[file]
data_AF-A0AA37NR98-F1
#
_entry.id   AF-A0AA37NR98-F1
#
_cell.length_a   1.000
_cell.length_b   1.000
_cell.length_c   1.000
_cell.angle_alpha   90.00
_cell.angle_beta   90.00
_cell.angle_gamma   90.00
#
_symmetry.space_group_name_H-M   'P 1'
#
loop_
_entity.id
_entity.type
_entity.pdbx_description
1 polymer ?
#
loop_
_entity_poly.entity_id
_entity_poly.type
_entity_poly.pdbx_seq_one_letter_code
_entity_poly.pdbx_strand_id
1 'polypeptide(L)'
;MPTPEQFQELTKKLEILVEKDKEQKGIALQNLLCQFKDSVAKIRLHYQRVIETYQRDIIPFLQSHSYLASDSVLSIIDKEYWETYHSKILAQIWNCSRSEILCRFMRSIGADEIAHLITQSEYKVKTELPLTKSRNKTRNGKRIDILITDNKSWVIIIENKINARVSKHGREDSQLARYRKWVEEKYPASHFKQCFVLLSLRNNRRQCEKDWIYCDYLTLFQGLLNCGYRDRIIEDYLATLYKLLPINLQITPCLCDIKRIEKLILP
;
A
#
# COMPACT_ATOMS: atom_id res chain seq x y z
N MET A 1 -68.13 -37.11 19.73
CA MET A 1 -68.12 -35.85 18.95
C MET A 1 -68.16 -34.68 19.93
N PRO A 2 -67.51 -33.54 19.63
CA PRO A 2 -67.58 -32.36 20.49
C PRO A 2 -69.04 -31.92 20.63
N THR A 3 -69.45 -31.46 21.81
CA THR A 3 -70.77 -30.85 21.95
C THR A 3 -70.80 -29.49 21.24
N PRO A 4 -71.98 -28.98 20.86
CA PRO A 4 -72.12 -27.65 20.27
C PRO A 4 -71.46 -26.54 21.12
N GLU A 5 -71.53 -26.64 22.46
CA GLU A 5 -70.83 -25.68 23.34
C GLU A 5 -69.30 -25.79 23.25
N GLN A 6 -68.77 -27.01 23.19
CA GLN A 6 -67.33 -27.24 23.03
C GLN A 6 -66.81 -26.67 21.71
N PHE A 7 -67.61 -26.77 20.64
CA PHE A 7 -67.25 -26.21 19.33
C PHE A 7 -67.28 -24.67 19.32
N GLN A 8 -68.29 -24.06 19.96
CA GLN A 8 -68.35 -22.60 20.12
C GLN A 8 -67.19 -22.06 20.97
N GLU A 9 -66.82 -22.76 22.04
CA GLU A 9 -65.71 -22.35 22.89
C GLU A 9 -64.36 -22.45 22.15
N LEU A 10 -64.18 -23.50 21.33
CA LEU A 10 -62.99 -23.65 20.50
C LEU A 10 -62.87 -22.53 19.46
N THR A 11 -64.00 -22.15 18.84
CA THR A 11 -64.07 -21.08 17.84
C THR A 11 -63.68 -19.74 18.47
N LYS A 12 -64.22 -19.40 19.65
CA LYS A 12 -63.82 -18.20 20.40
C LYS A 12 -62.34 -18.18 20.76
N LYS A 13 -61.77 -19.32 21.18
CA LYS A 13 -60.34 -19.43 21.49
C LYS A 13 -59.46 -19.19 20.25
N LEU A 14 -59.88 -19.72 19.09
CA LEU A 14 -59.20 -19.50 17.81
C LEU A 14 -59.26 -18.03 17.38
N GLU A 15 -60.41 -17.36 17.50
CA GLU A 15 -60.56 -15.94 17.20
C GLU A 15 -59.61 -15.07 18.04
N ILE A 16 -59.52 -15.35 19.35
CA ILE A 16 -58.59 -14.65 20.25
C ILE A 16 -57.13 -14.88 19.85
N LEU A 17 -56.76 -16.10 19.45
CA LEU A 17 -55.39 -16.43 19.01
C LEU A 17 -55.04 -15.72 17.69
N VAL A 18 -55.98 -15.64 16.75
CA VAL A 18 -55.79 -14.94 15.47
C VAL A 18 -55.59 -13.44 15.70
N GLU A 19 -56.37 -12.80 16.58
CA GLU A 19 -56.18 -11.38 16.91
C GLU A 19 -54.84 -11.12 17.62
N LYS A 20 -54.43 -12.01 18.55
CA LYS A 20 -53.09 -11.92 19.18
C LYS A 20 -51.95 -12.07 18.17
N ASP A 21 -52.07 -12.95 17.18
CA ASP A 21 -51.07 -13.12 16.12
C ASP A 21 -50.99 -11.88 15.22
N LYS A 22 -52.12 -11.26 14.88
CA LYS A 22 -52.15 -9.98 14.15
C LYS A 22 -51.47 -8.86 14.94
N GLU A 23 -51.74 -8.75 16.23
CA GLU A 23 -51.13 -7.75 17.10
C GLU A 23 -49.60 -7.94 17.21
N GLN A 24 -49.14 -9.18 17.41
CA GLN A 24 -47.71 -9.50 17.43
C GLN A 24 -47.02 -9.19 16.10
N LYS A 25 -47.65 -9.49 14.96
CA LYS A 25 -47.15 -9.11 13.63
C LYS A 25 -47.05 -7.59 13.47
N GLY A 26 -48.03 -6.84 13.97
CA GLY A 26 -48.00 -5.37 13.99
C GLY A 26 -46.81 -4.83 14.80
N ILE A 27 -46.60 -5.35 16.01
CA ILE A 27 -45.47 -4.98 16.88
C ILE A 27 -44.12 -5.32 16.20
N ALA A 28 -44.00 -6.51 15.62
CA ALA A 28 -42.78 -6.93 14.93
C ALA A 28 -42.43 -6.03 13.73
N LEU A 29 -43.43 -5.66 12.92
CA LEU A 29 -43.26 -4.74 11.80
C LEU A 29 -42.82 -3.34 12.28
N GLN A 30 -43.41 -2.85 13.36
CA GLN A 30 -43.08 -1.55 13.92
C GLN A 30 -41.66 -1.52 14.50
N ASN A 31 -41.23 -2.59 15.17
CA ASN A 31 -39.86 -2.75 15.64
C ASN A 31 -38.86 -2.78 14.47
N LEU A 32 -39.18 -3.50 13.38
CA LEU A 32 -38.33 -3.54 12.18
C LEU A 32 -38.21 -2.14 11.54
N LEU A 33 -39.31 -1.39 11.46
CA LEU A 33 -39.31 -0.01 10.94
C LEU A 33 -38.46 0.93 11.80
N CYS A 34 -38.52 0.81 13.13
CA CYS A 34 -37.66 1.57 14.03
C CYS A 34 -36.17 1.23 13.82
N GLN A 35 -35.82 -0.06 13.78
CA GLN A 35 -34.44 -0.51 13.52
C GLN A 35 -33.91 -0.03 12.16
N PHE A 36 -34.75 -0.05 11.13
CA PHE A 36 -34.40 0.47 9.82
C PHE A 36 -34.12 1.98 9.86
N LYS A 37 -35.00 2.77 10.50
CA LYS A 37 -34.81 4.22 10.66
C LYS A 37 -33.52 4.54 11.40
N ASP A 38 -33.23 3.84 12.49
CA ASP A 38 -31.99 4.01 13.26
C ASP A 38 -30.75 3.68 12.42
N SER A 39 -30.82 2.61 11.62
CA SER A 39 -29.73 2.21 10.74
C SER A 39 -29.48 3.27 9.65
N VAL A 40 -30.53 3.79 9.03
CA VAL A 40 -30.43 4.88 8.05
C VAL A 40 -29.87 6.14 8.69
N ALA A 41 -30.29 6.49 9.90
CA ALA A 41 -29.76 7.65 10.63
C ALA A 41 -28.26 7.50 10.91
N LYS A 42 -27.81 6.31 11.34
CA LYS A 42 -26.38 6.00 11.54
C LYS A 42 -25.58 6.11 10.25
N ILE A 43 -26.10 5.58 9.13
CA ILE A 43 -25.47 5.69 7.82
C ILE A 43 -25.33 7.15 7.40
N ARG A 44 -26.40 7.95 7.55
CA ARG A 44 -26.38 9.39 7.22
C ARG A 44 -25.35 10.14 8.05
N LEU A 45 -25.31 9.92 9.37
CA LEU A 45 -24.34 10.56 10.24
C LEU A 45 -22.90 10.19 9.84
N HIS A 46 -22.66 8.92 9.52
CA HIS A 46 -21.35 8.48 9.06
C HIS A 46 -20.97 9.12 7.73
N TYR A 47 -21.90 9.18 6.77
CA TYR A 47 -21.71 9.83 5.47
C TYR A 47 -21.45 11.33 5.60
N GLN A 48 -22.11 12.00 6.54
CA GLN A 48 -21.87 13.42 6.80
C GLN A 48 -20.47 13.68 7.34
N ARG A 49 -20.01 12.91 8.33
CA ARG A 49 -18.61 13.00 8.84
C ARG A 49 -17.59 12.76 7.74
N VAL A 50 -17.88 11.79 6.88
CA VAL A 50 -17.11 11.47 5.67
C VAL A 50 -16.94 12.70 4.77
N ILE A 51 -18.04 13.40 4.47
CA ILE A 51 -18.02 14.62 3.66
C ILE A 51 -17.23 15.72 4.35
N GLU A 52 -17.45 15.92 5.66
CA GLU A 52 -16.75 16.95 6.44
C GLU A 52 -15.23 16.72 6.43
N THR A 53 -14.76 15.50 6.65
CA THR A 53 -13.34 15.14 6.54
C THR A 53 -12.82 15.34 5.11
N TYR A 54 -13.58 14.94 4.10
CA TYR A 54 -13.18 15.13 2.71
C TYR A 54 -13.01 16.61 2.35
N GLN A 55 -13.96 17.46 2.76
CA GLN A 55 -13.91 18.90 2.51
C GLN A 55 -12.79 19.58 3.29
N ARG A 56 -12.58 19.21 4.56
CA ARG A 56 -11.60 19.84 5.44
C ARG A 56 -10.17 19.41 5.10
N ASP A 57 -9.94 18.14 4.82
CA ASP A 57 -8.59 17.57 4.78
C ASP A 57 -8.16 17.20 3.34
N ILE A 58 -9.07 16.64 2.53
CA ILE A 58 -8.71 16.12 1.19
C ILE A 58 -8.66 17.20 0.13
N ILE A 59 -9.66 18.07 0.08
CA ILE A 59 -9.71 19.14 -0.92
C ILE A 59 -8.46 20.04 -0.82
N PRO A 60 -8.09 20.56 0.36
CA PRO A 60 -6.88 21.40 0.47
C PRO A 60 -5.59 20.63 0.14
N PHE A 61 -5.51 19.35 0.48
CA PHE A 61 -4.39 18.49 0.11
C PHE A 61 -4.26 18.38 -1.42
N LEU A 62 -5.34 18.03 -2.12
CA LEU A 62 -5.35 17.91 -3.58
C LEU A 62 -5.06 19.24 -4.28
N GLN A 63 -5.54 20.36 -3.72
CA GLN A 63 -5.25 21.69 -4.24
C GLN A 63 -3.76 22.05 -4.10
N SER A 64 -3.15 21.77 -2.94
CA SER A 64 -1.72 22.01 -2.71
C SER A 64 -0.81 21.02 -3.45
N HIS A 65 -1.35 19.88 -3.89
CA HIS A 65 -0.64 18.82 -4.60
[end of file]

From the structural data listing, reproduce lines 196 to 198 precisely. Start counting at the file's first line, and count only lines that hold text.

N ARG A 56 -12.58 19.21 4.56
CA ARG A 56 -11.60 19.84 5.44
C ARG A 56 -10.17 19.41 5.10